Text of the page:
Bighorn and scorpions and bats, oh my!

“Do you suppose we will meet any wild animals?”

Yes, Dorothy. This is Arizona, where you’re likely to see many creatures. From low desert to chaparral to coniferous forest, the state’s life zones accommodate a diverse and rich population of more than 900 species, not including insects and arachnids — there are tens of thousands of species of the creepy crawlies.

It’s an early Sunday morning at Canyon Lake, a small body of water nestled between the larger Saguaro and Apache lakes, part of the Salt River Basin north of the Superstition Mountains. The sun has yet to breach Canyon Lake’s citadel walls, but it’s already a parching 80 degrees. At a boat launch site, low chatter is broken only by lapping waves and a single jet ski buzzing about in the distance.

On the dock, Jeff Meyers and Randy Babb hand red life jackets to aspiring wildlife photographers about to board two pontoon boats. There’s anticipation in the air as the boats are readied for a bighorn sheep photography tour led by the naturalists from the Arizona Game and Fish Department.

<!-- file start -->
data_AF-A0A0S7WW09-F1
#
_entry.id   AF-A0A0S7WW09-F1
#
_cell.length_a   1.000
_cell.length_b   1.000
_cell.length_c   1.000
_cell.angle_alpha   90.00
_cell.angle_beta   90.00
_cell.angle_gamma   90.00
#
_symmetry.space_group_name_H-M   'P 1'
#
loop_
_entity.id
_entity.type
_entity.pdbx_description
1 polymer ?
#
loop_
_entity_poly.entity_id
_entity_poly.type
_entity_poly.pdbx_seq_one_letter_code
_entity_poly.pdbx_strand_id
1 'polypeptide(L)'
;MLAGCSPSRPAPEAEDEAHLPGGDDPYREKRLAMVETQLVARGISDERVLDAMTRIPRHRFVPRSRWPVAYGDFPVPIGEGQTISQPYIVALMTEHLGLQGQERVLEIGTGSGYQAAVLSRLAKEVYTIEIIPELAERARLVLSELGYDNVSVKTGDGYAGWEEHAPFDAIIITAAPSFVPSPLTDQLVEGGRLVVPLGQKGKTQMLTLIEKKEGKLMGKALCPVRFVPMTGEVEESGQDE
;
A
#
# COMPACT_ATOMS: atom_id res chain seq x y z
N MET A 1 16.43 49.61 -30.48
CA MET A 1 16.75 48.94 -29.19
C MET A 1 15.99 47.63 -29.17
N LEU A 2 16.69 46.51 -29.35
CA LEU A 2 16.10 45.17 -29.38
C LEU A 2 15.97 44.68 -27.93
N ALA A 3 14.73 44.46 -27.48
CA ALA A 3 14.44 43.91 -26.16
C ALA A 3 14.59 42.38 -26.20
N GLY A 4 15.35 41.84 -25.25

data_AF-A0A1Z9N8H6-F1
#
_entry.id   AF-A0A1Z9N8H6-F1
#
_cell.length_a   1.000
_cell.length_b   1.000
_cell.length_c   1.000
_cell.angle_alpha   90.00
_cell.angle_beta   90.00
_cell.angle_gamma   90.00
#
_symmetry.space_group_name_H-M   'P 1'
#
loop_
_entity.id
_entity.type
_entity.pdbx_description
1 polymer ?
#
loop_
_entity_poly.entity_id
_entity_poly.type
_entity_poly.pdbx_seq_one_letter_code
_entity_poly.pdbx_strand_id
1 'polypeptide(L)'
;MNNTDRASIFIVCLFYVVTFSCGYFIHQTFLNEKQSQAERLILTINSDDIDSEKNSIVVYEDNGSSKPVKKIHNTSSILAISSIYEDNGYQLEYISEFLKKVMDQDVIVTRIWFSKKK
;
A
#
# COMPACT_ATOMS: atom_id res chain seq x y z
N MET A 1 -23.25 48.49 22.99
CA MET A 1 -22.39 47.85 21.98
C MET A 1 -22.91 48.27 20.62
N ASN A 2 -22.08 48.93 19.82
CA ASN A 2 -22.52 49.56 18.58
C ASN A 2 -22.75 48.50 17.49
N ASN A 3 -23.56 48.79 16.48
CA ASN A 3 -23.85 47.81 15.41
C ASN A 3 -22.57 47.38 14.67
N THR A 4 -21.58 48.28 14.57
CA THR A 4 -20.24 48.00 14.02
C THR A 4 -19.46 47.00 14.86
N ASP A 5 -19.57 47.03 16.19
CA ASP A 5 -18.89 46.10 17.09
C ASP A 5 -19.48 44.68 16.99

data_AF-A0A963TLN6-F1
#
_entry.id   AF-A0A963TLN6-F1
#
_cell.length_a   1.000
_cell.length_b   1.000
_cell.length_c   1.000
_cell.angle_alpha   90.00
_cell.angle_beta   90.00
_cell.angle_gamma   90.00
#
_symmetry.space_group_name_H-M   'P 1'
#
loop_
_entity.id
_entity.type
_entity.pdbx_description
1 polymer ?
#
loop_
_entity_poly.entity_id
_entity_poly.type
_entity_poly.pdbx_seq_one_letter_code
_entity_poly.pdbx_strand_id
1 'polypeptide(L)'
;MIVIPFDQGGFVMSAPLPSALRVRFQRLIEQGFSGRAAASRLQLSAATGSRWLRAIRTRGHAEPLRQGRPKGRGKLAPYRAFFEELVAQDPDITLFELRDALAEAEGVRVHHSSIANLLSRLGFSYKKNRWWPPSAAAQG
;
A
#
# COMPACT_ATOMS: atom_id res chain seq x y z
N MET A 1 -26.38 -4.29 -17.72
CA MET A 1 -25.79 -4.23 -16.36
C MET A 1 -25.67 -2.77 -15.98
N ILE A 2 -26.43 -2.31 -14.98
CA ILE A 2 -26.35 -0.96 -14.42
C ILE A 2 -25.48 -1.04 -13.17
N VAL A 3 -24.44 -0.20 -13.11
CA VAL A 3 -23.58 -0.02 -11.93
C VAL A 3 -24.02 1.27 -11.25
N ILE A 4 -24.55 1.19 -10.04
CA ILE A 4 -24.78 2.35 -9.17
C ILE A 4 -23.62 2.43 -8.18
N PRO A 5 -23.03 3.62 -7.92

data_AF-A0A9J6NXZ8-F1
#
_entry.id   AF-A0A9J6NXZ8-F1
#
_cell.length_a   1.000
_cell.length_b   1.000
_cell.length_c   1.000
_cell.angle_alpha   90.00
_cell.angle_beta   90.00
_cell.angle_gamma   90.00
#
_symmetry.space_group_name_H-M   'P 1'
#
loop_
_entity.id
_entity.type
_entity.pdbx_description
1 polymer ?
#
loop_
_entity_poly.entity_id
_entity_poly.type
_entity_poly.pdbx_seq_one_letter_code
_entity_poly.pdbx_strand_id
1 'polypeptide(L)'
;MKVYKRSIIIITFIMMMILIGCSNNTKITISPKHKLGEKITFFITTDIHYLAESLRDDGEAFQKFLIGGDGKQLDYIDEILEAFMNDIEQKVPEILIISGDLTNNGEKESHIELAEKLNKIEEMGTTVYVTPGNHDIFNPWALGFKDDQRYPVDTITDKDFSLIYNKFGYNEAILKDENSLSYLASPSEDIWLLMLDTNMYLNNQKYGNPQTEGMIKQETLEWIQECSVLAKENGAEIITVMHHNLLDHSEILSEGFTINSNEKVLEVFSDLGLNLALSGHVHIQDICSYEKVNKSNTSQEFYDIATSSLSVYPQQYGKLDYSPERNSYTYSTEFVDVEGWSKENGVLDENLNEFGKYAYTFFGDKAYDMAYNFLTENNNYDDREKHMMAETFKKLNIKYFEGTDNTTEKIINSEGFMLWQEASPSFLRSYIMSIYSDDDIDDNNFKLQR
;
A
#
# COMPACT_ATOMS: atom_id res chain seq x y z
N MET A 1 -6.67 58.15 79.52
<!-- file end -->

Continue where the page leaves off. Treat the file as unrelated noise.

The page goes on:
As the boats glide away from shore, Meyers says they came across some bighorns here a few days ago during a scouting trip. He tells the photographers that about 6,000 bighorns occupy pockets of habitat across the state. The greater Canyon Lake area has 500 to 600 desert bighorn sheep split between the north and south side of the lake. He also says their sandstone color makes it difficult to pick them out against the rocky desert cliffs.

The information does not inspire much confidence; the chances of seeing the agile mountain sheep seem unlikely. Nonetheless, long lenses and binoculars are at the ready, and eyes are peeled for what Babb calls “charismatic megafauna.”

Babb and Meyers run the Watchable Wildlife Program for the game and fish agency. They, along with Arizona Game and Fish wildlife photographer George Andrejko, are leading the first of two summer bighorn photography tours, one of the newest events in the program. I signed up for the tour on impulse, never having had much luck at photographing wildlife on my own. But maybe luck has little to do with it.